Another factor contributing to Race Engineering’s growing work load is that the shop recently expanded to take on more street motors than strictly race motors. “We are getting a lot of people who want to race on weekends and are trailering their cars to the track and are putting some real monetary backing into the cars,” he says. “These clients want all the power in the world, but they also want it reliable. So we have an endurance package that we offer.”
The import market has been gaining more momentum than ever before due to two factors – the age of the market now and more purists focusing on import.
“We’ve had purists in the American market for 50 years,” Graham says. “Purists in the import market is rather new. We’ve been putting V8 power in Miatas since 1992. Now we are getting the purists who want to get the most power they can without swapping their stuff. They want to keep their Mazda power plant in their Mazda, or keep their Nissan power plant in their Nissan.”
These are the guys who are coming to Race Engineering because Graham has built up those relationships that garner repeat business and referrals.
“These clients want to know what they can and can’t do,” he says. “This mentality in the import market is new because nine times out of 10 we were swapping stuff around. We were putting 350s in BMWs and Miatas. Now we are seeing this change towards more ‘pure’ engine work.”
Graham has seen project Mazdas with 13B rotaries. The transmissions bolt up and the rear ends work, but it’s costly. “You could also put a RX8 engine or a Renesis engine in and you won’t have to worry about bent valves, you can over-rev the hell out of it, and you can put a turbo on it and you’re good,” he says.
Besides the purist effect on the import market, the other changing aspect is that many of these import vehicles are entering vintage age.
“I see the import market getting bigger – the reason is because we have lots of different racing avenues and a lot of these import cars are becoming vintage cars,” Graham says. “For instance, the Miata was built in ’89 and the RX7 was built in the early-80s, etc. One of the biggest things that concerns me about Mazda is that one of the most popular racing classes in the country right now is Spec Miata. The newest car is a 2004-2005. That’s 12 years old and it’s still the most raced car! More than half of those cars are really from ’99-’00. Those are 18 years old and still out running today.”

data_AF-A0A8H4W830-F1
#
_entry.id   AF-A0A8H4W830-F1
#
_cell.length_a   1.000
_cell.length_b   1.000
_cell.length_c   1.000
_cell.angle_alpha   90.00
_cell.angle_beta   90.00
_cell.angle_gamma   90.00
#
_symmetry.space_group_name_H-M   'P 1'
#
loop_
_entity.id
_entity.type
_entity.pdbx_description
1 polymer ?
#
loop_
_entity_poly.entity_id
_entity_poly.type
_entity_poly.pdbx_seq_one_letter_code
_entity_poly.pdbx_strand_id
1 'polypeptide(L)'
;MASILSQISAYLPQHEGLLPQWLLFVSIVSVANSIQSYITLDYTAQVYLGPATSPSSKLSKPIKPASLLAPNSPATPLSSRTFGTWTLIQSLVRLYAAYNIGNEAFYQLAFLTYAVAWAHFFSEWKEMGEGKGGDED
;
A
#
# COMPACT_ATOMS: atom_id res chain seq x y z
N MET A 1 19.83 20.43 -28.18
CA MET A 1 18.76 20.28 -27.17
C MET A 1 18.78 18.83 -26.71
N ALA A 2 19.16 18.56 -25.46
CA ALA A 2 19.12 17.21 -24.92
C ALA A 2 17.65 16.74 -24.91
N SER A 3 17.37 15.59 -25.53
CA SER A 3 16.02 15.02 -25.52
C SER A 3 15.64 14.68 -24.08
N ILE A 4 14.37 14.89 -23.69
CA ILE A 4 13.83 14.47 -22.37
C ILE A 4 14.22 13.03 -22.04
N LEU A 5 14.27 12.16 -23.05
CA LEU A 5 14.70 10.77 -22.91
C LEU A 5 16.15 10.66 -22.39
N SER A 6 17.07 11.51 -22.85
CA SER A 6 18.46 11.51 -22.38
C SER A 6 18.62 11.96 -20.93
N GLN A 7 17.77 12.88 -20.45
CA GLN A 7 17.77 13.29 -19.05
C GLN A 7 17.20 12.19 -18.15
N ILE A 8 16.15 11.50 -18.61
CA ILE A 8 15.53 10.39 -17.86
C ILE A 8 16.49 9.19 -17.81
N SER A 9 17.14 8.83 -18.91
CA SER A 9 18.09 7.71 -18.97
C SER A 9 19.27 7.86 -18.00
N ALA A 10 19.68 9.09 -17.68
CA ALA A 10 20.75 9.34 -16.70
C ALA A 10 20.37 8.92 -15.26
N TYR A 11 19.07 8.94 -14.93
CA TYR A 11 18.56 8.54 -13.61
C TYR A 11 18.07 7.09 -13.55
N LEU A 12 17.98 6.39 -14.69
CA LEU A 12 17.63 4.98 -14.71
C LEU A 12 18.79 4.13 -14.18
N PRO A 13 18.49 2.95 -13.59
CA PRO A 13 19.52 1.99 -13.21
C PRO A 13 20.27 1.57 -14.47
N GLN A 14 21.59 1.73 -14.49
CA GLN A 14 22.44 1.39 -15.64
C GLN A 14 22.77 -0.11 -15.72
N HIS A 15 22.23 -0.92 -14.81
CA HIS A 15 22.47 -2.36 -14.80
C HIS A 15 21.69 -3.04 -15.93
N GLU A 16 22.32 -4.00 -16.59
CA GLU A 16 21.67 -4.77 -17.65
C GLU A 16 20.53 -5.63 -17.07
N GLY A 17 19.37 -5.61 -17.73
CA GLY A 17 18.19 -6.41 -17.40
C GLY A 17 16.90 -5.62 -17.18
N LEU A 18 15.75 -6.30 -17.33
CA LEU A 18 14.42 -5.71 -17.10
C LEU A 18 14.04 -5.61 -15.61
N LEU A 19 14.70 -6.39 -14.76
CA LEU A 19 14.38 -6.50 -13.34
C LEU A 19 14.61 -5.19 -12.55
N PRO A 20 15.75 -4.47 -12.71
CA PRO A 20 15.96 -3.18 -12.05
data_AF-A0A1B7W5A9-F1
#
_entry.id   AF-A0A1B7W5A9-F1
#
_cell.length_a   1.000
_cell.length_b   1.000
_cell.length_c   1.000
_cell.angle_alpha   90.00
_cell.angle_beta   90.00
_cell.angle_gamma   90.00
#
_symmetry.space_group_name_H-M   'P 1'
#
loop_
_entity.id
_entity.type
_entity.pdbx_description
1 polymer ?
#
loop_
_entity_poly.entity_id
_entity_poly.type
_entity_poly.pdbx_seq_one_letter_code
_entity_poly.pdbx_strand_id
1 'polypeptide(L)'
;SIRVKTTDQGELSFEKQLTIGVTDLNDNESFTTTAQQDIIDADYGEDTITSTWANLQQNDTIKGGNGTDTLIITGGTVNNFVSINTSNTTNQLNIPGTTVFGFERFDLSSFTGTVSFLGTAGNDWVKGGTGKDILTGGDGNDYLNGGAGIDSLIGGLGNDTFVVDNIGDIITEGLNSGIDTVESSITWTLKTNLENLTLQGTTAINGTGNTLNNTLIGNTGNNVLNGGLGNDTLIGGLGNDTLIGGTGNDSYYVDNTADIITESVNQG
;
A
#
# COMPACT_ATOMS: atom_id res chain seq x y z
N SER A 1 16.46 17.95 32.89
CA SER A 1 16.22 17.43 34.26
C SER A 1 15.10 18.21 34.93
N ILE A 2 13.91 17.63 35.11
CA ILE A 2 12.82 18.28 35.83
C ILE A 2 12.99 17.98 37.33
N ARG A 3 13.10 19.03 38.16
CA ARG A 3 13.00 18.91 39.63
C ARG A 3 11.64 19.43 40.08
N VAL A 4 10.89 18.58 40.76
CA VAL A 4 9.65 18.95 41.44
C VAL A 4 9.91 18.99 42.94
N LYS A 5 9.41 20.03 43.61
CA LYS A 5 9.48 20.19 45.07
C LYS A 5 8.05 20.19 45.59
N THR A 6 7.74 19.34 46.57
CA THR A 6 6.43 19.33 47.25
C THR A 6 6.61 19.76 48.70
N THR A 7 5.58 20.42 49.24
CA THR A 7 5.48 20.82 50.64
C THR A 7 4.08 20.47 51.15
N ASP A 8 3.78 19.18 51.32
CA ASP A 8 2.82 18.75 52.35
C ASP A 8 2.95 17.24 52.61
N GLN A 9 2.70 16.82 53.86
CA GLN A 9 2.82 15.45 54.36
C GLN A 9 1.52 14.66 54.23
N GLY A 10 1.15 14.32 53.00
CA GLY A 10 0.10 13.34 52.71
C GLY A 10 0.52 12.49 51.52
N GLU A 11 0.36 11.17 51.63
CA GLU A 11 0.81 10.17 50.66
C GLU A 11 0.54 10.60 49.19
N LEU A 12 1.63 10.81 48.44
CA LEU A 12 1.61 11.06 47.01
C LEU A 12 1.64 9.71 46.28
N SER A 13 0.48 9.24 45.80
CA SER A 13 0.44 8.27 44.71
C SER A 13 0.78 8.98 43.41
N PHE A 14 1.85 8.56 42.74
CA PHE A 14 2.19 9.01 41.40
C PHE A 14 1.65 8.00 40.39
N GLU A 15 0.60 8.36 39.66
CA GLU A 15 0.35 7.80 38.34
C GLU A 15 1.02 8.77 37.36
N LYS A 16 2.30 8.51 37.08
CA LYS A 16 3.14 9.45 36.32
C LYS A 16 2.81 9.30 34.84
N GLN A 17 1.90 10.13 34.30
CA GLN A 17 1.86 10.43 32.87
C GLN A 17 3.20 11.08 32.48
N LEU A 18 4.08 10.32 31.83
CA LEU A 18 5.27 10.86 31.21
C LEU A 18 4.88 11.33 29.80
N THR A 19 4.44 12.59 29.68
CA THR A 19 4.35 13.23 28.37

According to Graham, there are more than 3,000 Miatas that are either garage queens or raced, and Mazda has more racecars on the racetrack on Saturday and Sunday than any other manufacturer in the world today.
“That’s another obvioius reason it’s my bread and butter – because it’s the largest target market,” he says. “The import market is getting bigger every day and people are realizing they have more disposable income than ever before. What we found is that in vintage racing there are a lot more people who want to extend the rules and the rule sets are much more forgiving. Those are the guys who are going to be wanting the best of the best.”
No matter what other factors are a play for how a certain market is performing, the number one reason Graham acknowledges for a good or bad year is the economy.
“The market is coming back, and the reason the market is coming back is simply because the economy is getting better,” Graham says. “It’s amazing how you can gauge the entire market by watching gas prices and the prices of vintage cars and you can tell where the disposable income is. Look at the Lamborghini and Ferrari market. When those prices start to increase and gas prices start to level off, that signals the economy is coming back and people start spending money.” ν